Mirage? Concertos for Percussion, CD Review. Jazzdagama, 11th March 2018
by Raul da Gama.
Mirage? Concertos for Percussion: Antonio Vivaldi – Piccolo Concerto in C Major RV 433; Christos Hatzis – Mirage? Arcangelo Corelli – Sonata in D Minor Op. 5 No. 12; Michael Oesterle – Kaluza Klein. Manitoba Chamber Orchestra – Anne Manson (cond) Evelyn Glennie (perc). Label – MCO Records.
It has been said that artistic genius is “something that cannot be explained”. This, indeed, is its very defining characteristic. Those who live with it are unable to reveal its secrets. Absorbed by its contradictions, ill at ease in the real world, alarmed by their uniqueness blinded by a truth that common mortals can only dimly perceive and swept along by a force that is beyond them, geniuses play like children. Baudelaire made no mistake when he wrote that “genius is no more than childhood recaptured at will”.
He may have well been speaking of Dame Evelyn Glennie, who like Cziffra, Horowitz, Charlie Parker, Jimi Hendrix or Martha Argerich, belongs to the breed of performers of genius who have an elemental rapport with their instrument. In Dame Evelyn’s case her rapport extends to anything that can be beaten, whether in tune or out of tune. When she plays percussion instrument – the marimba and vibraphone in the case of this recording, Mirage? Concertos for Percussion – it is no longer a percussion instrument; it is a piano, a violin, a harp, a clarinet… or she can make it a whole symphonic orchestra – thundering or whispering its melody, harmony or rhythm; it all depends on what she happens to be hearing inside of it.
In the performance of these four short works composers from the baroque to the modern era Dame Evelyn is in her natural element playing the music of Vivaldi, Corelli, Hatzis and Oesterle, plunging fingers and hands into the wooden bars of the marimba, or the metal ones of the vibraphone, ever present in the music in the spirit and in the flesh. Like a man and a woman. The dexterity, electrifying virtuosity, the powerful octaves, imaginative phrasing and the hushed, almost intangible pianissimos, come together with her own inner voices and imbue the music with a life of its own, swathed in the resonant richness of sound that is immediately recognizable a being the voice of the composer as well as her own singular one.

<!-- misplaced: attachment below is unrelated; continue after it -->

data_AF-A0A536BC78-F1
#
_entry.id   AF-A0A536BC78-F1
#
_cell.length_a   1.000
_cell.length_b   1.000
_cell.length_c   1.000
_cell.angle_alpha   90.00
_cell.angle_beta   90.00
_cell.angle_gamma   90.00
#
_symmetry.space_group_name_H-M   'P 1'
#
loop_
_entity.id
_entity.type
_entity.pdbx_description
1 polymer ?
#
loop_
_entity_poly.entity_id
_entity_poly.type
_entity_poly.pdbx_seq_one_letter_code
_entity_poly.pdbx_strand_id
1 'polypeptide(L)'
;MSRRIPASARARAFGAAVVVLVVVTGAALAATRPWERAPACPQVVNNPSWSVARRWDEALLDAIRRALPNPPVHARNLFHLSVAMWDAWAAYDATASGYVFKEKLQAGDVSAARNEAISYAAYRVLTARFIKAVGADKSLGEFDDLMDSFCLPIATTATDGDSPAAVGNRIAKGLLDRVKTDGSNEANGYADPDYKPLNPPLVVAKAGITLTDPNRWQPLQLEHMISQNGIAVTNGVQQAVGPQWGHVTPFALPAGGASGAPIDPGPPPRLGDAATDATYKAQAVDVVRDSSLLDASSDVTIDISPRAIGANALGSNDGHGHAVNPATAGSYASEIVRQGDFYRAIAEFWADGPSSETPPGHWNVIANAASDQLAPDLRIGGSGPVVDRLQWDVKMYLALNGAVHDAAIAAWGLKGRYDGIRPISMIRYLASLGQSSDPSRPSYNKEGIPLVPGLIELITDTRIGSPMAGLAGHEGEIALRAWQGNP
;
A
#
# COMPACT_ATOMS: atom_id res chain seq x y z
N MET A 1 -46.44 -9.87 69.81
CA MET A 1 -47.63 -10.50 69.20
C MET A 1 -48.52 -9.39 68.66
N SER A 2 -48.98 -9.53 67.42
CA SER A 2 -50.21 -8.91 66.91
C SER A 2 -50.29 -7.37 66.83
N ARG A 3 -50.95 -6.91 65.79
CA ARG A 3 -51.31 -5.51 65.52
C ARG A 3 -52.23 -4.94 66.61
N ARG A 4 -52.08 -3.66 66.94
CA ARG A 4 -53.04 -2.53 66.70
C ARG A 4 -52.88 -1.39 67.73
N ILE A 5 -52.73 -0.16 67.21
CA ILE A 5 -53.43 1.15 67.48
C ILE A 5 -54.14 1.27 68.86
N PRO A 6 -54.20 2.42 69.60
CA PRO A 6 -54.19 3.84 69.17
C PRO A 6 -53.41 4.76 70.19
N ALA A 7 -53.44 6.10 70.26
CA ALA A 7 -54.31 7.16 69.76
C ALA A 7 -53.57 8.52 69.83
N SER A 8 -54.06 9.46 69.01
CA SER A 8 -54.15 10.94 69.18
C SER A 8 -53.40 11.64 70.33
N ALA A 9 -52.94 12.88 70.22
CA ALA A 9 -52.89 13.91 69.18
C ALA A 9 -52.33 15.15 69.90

Through Dame Evelyn’s fluid phrasing – in both the allegro and allegro molto movements of “Piccolo” – and in the profundity of her performance through the depths of the largo movement one is struck by the colossal riches at the heart of this concerto. Meanwhile the Manitoba Chamber Orchestra under the baton of Anne Manson provides fresh and vigorous and command performance, propelling the soloist to the pinnacle of this work.
The Corelli is chaste and faultless throughout. The intrepid Karl Jenkins’ arrangement of “La Folia” is played with obsessive perfectionism and dizzying, idiomatic brilliance throughout. Dame Evelyn together with the members of the Manitoba Chamber Orchestra and Miss Manson come together to parley with the familiarity of old friends, yet their playing – especially that of the soloist – retains that sense off gracious etiquette associated with Latin tradition from where inspiration was taken by Corelli.
In both the contemporary works by Hatzis and Oesterle, again Dame Evelyn comes together with the ensemble, sharing the supple rhythmic flexibility of the pieces with a sense of big-boned generosity. The sense of depth and spaciousness that gives both works a big-boned, orchestral scale is affecting. Nothing is forced or overly mannered; tempos, ensemble and balance – all seem effortlessly and intuitively right. The sound is lucid, bright and redolent of the warmth of living breath. These pieces are, in sum, sincere and poised accounts, fitting tributes to the faultless character of each composer whose repertoire and reputation has been zealously guarded by these fine performances.